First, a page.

Stocks were mixed on Wednesday as investors were cautious about making big bets after a rally this week, overshadowing solid data on durable goods and home sales.

For the third consecutive day, equities bounced after favorable news, but the gains fizzled.

It's a sleepy day on Wall Street, said Fred Dickson, market strategist at D.A. Davidson & Co in Lake Oswego, Oregon.

It seems like traders have lost the momentum after a huge upward move and they are finally taking a breather.

After a five-month run-up that has sent the broader S&P 500 up 52 percent from its 12-year closing low on March 9, analysts have been questioning the rally's strength.

We're at a crossroads, said Rob Stein, managing partner at the Chicago-based Astor Asset Management.

Economic data has improved slightly while the market has improved more than slightly. This means the data will need to catch up to the market, or the market may be ahead of itself and needs to correct. I think it'll be the latter.

The Dow Jones industrial average <.DJI> was up 11.48 points, or 0.12 percent, at 9,550.77. The Standard & Poor's 500 Index <.SPX> was up just 0.08 of a point, or 0.01 percent, at 1,028.08. But the Nasdaq Composite Index <.IXIC> was down 1.81 points, or 0.09 percent, at 2,022.42.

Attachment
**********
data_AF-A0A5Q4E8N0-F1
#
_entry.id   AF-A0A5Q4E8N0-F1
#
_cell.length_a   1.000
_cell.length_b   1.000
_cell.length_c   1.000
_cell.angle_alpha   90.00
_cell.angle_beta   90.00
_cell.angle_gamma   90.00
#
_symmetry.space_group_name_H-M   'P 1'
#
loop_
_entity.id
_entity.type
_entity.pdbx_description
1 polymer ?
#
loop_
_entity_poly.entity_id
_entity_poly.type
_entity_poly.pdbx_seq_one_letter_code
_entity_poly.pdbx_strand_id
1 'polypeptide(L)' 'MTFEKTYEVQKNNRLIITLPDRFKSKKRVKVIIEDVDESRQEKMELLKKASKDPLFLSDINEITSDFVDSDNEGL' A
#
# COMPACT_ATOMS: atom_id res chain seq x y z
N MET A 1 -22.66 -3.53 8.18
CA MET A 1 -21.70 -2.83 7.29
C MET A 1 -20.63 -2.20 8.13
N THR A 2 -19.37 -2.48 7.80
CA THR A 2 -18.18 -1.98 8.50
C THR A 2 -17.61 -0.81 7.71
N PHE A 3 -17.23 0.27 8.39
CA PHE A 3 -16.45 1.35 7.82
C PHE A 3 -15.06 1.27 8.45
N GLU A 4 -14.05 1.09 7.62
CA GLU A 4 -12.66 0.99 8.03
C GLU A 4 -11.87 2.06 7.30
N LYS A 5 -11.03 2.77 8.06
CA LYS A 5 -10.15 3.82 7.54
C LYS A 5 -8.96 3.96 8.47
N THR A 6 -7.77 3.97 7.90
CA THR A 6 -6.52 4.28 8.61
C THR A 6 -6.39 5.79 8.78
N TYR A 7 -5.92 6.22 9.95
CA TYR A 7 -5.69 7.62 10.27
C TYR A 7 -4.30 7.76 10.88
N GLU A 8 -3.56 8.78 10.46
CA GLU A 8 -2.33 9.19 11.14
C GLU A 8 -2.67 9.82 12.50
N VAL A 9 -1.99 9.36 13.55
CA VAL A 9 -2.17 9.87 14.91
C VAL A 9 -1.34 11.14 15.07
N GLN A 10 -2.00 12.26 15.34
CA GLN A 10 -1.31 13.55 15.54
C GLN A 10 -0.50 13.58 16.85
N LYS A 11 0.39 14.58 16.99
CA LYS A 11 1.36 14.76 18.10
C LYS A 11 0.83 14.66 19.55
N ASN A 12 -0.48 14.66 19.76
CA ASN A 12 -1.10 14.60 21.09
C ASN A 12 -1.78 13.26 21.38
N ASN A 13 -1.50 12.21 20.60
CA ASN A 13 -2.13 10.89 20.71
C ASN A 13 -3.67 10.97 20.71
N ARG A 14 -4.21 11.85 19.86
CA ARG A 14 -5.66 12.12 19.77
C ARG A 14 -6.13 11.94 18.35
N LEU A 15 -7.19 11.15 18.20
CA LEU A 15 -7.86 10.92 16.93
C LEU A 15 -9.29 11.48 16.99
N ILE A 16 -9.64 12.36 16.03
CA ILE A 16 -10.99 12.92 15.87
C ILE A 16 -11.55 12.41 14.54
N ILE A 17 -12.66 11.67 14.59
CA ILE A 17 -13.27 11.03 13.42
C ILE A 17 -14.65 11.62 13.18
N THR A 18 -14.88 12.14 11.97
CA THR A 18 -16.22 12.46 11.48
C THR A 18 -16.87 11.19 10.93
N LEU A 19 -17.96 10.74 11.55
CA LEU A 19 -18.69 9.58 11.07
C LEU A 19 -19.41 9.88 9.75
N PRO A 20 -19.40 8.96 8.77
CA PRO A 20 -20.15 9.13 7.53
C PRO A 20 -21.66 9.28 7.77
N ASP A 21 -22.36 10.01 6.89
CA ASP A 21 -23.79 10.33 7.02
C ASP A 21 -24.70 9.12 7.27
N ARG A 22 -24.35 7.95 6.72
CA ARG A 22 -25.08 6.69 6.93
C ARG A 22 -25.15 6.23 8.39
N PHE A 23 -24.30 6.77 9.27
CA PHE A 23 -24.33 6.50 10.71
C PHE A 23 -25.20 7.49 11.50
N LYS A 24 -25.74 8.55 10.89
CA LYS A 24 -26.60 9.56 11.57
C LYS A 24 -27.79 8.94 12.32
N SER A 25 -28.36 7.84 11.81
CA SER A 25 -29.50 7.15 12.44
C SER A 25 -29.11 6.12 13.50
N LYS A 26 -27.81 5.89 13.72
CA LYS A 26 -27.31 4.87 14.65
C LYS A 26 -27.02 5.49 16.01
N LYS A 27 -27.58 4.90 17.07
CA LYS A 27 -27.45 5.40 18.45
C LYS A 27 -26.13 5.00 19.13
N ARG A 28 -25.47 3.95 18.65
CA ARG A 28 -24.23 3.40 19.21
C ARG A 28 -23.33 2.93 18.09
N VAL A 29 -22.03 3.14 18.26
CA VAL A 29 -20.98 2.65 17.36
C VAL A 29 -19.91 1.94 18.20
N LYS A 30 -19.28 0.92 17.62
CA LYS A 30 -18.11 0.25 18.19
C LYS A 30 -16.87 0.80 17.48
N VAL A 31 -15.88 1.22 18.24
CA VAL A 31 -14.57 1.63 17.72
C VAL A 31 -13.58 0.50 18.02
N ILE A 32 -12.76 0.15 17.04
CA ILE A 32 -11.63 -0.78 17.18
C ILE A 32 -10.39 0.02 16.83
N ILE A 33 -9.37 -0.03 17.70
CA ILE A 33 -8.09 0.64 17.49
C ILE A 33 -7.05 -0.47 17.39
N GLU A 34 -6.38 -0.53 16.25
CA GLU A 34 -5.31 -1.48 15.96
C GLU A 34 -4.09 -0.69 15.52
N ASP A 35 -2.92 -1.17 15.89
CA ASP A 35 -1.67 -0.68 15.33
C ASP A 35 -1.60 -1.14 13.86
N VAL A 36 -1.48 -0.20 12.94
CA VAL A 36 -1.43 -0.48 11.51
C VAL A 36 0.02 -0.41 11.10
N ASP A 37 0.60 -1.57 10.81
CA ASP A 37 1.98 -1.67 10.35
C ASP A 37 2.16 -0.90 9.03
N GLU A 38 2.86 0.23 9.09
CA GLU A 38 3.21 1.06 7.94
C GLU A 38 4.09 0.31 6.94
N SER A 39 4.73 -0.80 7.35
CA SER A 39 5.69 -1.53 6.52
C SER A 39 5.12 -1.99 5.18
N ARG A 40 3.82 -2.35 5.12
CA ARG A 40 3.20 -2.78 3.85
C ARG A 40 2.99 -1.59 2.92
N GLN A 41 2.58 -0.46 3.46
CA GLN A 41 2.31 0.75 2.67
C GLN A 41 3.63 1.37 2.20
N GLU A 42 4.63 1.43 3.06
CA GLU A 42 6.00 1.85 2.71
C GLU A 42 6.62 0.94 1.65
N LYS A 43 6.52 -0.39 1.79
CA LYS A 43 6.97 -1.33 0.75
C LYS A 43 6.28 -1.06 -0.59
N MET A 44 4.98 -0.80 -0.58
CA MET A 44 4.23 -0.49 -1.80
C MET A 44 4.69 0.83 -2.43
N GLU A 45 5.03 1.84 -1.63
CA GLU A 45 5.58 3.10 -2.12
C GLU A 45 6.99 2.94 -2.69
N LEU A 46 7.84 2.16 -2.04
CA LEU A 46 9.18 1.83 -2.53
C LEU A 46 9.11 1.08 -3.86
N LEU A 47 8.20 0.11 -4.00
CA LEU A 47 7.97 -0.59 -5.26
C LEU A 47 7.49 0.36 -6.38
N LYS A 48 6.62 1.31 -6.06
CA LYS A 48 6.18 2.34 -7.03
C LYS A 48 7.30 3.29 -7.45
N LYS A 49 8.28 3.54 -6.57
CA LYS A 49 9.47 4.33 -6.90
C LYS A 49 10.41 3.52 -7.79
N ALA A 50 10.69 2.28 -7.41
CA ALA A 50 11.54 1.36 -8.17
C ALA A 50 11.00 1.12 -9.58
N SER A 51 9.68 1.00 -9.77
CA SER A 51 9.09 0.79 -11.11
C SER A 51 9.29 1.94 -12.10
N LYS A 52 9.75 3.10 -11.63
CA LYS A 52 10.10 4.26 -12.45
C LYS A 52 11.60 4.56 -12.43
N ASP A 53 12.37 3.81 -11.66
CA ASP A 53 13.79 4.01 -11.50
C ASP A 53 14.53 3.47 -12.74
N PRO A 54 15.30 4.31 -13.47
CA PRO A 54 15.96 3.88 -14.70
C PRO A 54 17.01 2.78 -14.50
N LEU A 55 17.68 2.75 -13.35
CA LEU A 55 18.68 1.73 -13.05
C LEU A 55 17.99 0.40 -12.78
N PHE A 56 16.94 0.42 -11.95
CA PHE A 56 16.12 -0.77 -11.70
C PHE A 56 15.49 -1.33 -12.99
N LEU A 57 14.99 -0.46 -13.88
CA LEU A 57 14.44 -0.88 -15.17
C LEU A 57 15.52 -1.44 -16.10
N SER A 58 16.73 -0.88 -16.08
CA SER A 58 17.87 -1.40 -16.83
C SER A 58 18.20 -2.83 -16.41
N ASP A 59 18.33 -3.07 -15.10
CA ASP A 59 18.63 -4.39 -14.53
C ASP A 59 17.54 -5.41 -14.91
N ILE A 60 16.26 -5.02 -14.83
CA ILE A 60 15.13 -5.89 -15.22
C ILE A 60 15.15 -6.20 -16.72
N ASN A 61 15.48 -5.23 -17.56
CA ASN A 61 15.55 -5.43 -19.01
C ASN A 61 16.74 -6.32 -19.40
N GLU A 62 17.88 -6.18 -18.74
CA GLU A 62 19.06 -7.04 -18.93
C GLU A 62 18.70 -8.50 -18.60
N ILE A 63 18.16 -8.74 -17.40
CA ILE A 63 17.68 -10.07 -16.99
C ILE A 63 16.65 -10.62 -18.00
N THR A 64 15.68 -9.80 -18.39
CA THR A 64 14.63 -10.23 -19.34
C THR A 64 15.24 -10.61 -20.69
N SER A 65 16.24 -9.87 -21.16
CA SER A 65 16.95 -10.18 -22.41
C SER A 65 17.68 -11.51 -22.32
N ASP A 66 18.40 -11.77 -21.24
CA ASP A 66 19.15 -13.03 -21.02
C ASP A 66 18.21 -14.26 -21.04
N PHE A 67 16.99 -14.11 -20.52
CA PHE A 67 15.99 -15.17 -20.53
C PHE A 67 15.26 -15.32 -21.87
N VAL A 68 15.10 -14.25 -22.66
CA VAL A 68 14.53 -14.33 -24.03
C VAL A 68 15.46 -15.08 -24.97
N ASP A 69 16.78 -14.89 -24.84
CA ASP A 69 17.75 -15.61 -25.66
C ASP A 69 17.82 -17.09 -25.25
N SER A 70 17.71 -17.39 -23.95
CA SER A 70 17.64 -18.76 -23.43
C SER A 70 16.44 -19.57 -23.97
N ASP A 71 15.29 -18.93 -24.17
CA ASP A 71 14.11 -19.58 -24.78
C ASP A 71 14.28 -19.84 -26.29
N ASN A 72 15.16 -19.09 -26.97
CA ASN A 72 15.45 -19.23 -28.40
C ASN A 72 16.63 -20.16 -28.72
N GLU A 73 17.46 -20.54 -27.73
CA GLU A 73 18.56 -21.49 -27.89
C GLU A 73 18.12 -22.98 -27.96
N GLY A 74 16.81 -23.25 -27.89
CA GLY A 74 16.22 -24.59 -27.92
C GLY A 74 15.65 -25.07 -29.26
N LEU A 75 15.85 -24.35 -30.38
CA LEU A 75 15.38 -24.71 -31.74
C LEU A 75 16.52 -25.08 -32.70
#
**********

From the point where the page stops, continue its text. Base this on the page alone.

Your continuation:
In July, sales of new homes rose at their fastest pace in 10 months.

While the home sales data had a muted impact on the broader market, it proved bullish for the sector, driving the Dow Jones U.S. Home Construction index <.DJUSHB> up 2.9 percent.

Among the index components, D.R. Horton Inc advanced 5.8 percent to $13.80 while Beazer Homes climbed 4.5 percent to $4.21.

Durable goods orders jumped 4.9 percent, the largest advance since July 2007, the government said. Excluding transportation, durable goods rose 0.8 percent, slightly below expectations.

Still, industrial stocks dipped, in part because Chinese officials said they would take steps to curb overcapacity.

The Dow Jones Heavy Construction index <.DJUSHV> fell 1.9 percent, with Jacobs Engineering down 3.2 percent at $44.94.

One of the top drags on the Nasdaq was Apple Inc , down 1 percent at $167.73.

Earlier, Nokia said it would try to tackle Apple's iPhone in the smartphone market with a bet on Linux software, according to industry sources. Nokia's U.S.-listed stock was up 3.8 percent at $13.10.

In earnings-related activity, Williams-Sonoma shot up 12.5 percent to $17.41 after it posted a surprising second-quarter profit.

Topping the Nasdaq's list of biggest percentage decliners was the stock of Concurrent Computer , which sank 16.6 percent to $4.69 after the company said it expects lower spending trends to continue in the first quarter.

(Editing by Jan Paschal)